Skip to content
Exploring every thread: Theme Selection

Exploring every thread: Theme Selection

This post is part of our exploring every thread series, where I, Kate, discuss some of the challenges I've faced in my journey as a Shopify merchant, and how I've been able to overcome them. Be sure to check out our first video, if you haven't already! 

This week I’m going to talk about my process for choosing a theme and deciding on colors and branding for my business. Your online store is where your customers will be introduced to your brand and picking the right theme will enhance their experience and understanding of your business. I talk to dozens of merchants about choosing their theme every week, so this was a great chance to turn the tables and choose a theme for myself.

Hopefully, you have an outline of what products you’re hoping to offer online, the price points and some other structure built out in Shopify. This will help make sure you have something to see when you demo themes! To help get ready, there’s a great Shopify checklist here.

Where did I start?

Here at Pixel Union, we have 11 themes for a wide range of shops. As I mentioned before, I’ve got a pretty niche product - patches for Fictional Star Wars baseball teams. I’m going to sort our themes into different groups by type, then I’ll get into how I landed on my theme.

One of the first things to consider when shopping for a theme is the size of your catalog. Do you sell a single product, offer a small range of products, or do you have a huge catalog of products and collections? This will give you a great starting point and help make sure you get the features to match your needs.

A solo or small catalog will need way less navigation for example. Instead, a store with a smaller catalog would benefit from features that show off the details of your products. You can see this in our Startup theme, shown below.

With a medium size catalog, you’re looking for a more general mix. Navigation gets a bit more important because you’ll have more collections and groupings to show off and you want to make it easy for your customers to find what they want. This is a great catalog size to have more visual elements to reinforce your brand and content. Grid is a great example of a theme like this, as shown below!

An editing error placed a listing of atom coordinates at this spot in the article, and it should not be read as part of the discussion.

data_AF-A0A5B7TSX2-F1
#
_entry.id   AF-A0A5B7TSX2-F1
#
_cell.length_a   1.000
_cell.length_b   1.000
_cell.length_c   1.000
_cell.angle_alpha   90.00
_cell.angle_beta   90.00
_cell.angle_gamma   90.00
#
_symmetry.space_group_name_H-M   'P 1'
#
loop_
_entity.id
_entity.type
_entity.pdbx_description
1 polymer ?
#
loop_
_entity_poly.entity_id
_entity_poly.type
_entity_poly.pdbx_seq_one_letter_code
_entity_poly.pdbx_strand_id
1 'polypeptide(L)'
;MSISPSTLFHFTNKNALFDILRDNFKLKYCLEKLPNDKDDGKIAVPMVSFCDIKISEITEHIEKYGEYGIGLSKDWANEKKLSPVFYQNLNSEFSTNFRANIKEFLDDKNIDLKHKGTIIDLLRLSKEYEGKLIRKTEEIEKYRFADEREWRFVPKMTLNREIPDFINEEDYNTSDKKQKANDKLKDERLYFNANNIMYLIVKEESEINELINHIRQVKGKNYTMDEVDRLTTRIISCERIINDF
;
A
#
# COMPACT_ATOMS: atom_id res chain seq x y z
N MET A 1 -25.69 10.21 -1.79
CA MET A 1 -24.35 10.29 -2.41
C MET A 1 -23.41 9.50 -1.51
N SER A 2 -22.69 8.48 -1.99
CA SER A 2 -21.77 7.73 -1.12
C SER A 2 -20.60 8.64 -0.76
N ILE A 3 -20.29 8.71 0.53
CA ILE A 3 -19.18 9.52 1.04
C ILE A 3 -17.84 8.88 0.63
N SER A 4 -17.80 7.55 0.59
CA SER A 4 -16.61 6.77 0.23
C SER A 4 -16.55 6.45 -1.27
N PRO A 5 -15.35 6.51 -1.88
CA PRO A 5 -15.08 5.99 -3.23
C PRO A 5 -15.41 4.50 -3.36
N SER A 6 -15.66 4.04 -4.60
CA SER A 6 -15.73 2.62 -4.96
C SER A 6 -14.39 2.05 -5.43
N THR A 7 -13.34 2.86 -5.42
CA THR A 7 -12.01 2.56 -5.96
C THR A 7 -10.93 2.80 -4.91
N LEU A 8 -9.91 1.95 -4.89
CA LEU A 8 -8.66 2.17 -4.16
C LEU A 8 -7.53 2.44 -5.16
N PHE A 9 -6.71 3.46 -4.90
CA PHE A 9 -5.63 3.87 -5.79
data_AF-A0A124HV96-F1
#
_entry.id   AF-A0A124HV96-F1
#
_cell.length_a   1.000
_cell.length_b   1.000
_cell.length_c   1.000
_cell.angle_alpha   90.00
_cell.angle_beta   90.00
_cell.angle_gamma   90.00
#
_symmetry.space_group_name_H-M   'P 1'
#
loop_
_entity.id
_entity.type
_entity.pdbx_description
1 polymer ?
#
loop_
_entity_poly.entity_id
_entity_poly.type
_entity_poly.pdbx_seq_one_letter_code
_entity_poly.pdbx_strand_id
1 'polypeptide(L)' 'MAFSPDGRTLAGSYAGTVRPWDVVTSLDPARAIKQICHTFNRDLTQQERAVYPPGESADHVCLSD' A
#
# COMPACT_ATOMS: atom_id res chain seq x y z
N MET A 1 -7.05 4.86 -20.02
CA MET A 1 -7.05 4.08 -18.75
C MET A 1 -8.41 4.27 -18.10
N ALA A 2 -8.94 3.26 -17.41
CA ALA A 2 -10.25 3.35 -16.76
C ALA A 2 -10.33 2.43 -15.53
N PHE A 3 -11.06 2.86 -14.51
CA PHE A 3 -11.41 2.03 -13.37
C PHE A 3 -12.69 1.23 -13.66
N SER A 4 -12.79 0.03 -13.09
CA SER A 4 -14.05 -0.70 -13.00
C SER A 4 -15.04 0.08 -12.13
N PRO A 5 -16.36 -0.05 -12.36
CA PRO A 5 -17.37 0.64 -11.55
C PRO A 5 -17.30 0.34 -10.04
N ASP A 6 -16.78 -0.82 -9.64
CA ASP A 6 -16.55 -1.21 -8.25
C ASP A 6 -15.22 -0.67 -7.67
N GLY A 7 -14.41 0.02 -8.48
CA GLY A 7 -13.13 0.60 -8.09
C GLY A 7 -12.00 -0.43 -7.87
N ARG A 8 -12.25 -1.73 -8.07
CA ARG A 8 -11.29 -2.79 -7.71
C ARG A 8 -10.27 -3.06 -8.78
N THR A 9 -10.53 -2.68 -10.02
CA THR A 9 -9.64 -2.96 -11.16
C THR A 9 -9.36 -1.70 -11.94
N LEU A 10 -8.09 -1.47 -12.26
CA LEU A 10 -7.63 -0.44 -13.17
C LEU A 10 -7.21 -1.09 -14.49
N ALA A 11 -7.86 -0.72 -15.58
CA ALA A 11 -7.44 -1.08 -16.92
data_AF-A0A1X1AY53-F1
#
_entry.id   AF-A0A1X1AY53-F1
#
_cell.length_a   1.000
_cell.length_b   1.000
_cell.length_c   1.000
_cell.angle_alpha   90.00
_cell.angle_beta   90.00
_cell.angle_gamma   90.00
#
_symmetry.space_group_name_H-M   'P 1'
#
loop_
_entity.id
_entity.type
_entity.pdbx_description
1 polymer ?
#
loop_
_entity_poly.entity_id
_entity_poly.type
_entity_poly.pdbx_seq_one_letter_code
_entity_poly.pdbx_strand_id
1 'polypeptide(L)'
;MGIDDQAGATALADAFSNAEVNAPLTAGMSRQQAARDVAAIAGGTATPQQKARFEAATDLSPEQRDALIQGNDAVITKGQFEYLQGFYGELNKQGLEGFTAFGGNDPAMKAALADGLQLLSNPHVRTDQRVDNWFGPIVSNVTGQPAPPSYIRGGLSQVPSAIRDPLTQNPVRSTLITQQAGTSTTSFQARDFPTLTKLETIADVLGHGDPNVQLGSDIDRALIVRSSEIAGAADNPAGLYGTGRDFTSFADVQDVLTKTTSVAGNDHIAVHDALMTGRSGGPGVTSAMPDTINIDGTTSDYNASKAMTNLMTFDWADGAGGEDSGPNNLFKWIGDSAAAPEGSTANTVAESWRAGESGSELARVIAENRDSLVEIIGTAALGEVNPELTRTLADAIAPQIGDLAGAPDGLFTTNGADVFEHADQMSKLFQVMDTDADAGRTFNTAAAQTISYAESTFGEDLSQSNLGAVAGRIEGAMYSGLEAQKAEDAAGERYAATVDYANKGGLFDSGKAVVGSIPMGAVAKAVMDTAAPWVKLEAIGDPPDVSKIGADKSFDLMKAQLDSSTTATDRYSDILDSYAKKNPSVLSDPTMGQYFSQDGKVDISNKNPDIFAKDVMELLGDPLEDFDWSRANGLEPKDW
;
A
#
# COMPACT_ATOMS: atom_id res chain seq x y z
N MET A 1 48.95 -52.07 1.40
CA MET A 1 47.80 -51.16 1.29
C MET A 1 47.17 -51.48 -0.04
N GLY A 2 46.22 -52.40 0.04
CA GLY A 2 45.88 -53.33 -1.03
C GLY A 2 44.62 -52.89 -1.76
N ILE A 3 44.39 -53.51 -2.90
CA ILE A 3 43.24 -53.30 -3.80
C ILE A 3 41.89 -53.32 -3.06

Finally, large catalog stores often offer a wide range of products so you need to make sure your customers are able to search through your store in an intuitive way. This is where Mega Navs, Filters, and Live search come in. Themes for this catalog size also have more brief features to catch your customer's eye - - like a peek of a collection on the homepage instead of the whole thing! Empire is a great option for a large catalog.

What did I pick?

For me, the perfect theme was Handy. It is great for a small to medium catalog so it can grow as I add more products. It also has the right look and features for me. It’s streamlined and mobile-focused which is important to me and how my customers will interact with my site most.

I also tried out our new theme Superstore, which is intended for large catalog stores but offers a lot more control over settings in the theme editor, which means more options for customizing without editing the theme’s code. I was interested in the range of settings but ultimately, the fewer settings in Handy worked well to guide the look and take some decisions off my plate.

If you have experience with themes not quite offering you enough, Superstore is worth looking at - - it’s great for a more advanced merchant looking for more control. I’ll be keeping an eye on it down the road as I grow as well.